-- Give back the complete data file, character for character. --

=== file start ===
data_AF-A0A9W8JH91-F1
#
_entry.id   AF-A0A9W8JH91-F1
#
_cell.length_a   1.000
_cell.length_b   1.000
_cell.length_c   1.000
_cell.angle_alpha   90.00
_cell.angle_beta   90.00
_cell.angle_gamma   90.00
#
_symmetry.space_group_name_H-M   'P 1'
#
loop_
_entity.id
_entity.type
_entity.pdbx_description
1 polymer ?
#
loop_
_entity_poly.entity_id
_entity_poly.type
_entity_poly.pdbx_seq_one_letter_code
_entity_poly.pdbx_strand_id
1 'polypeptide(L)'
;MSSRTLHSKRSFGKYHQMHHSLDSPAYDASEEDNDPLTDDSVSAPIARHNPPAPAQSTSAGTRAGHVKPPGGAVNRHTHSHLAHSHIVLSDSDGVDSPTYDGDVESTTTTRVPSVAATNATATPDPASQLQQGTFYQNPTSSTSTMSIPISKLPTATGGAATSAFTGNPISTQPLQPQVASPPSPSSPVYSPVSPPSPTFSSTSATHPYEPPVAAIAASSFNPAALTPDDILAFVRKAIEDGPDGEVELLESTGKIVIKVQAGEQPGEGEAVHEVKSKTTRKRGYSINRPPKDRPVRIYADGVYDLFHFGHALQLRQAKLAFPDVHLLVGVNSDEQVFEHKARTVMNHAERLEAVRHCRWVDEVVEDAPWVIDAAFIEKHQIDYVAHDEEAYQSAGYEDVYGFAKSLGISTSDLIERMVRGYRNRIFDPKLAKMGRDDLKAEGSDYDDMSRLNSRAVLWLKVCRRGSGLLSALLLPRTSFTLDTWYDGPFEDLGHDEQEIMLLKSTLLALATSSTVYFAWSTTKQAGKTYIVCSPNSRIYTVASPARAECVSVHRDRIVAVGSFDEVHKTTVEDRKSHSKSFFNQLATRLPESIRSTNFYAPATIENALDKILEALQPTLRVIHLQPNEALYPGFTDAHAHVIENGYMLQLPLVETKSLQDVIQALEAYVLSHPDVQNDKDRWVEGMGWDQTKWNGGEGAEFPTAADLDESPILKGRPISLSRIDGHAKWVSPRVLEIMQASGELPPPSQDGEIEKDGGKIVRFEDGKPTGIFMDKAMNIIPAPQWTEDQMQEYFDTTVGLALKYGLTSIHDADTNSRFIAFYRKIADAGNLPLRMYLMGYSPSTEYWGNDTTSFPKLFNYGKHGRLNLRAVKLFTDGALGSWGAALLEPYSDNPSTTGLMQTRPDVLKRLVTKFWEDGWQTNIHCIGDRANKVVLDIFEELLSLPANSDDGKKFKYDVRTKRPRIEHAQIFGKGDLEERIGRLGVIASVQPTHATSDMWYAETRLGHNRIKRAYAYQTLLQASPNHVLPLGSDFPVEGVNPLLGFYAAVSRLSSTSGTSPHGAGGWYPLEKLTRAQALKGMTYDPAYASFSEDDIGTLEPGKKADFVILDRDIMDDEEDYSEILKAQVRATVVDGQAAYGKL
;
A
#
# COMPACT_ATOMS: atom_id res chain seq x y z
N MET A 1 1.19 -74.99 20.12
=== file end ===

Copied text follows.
data_AF-A0A9W8JH91-F1
#
_entry.id   AF-A0A9W8JH91-F1
#
_cell.length_a   1.000
_cell.length_b   1.000
_cell.length_c   1.000
_cell.angle_alpha   90.00
_cell.angle_beta   90.00
_cell.angle_gamma   90.00
#
_symmetry.space_group_name_H-M   'P 1'
#
loop_
_entity.id
_entity.type
_entity.pdbx_description
1 polymer ?
#
loop_
_entity_poly.entity_id
_entity_poly.type
_entity_poly.pdbx_seq_one_letter_code
_entity_poly.pdbx_strand_id
1 'polypeptide(L)'
;MSSRTLHSKRSFGKYHQMHHSLDSPAYDASEEDNDPLTDDSVSAPIARHNPPAPAQSTSAGTRAGHVKPPGGAVNRHTHSHLAHSHIVLSDSDGVDSPTYDGDVESTTTTRVPSVAATNATATPDPASQLQQGTFYQNPTSSTSTMSIPISKLPTATGGAATSAFTGNPISTQPLQPQVASPPSPSSPVYSPVSPPSPTFSSTSATHPYEPPVAAIAASSFNPAALTPDDILAFVRKAIEDGPDGEVELLESTGKIVIKVQAGEQPGEGEAVHEVKSKTTRKRGYSINRPPKDRPVRIYADGVYDLFHFGHALQLRQAKLAFPDVHLLVGVNSDEQVFEHKARTVMNHAERLEAVRHCRWVDEVVEDAPWVIDAAFIEKHQIDYVAHDEEAYQSAGYEDVYGFAKSLGISTSDLIERMVRGYRNRIFDPKLAKMGRDDLKAEGSDYDDMSRLNSRAVLWLKVCRRGSGLLSALLLPRTSFTLDTWYDGPFEDLGHDEQEIMLLKSTLLALATSSTVYFAWSTTKQAGKTYIVCSPNSRIYTVASPARAECVSVHRDRIVAVGSFDEVHKTTVEDRKSHSKSFFNQLATRLPESIRSTNFYAPATIENALDKILEALQPTLRVIHLQPNEALYPGFTDAHAHVIENGYMLQLPLVETKSLQDVIQALEAYVLSHPDVQNDKDRWVEGMGWDQTKWNGGEGAEFPTAADLDESPILKGRPISLSRIDGHAKWVSPRVLEIMQASGELPPPSQDGEIEKDGGKIVRFEDGKPTGIFMDKAMNIIPAPQWTEDQMQEYFDTTVGLALKYGLTSIHDADTNSRFIAFYRKIADAGNLPLRMYLMGYSPSTEYWGNDTTSFPKLFNYGKHGRLNLRAVKLFTDGALGSWGAALLEPYSDNPSTTGLMQTRPDVLKRLVTKFWEDGWQTNIHCIGDRANKVVLDIFEELLSLPANSDDGKKFKYDVRTKRPRIEHAQIFGKGDLEERIGRLGVIASVQPTHATSDMWYAETRLGHNRIKRAYAYQTLLQASPNHVLPLGSDFPVEGVNPLLGFYAAVSRLSSTSGTSPHGAGGWYPLEKLTRAQALKGMTYDPAYASFSEDDIGTLEPGKKADFVILDRDIMDDEEDYSEILKAQVRATVVDGQAAYGKL
;
A
#
# COMPACT_ATOMS: atom_id res chain seq x y z
N MET A 1 1.19 -74.99 20.12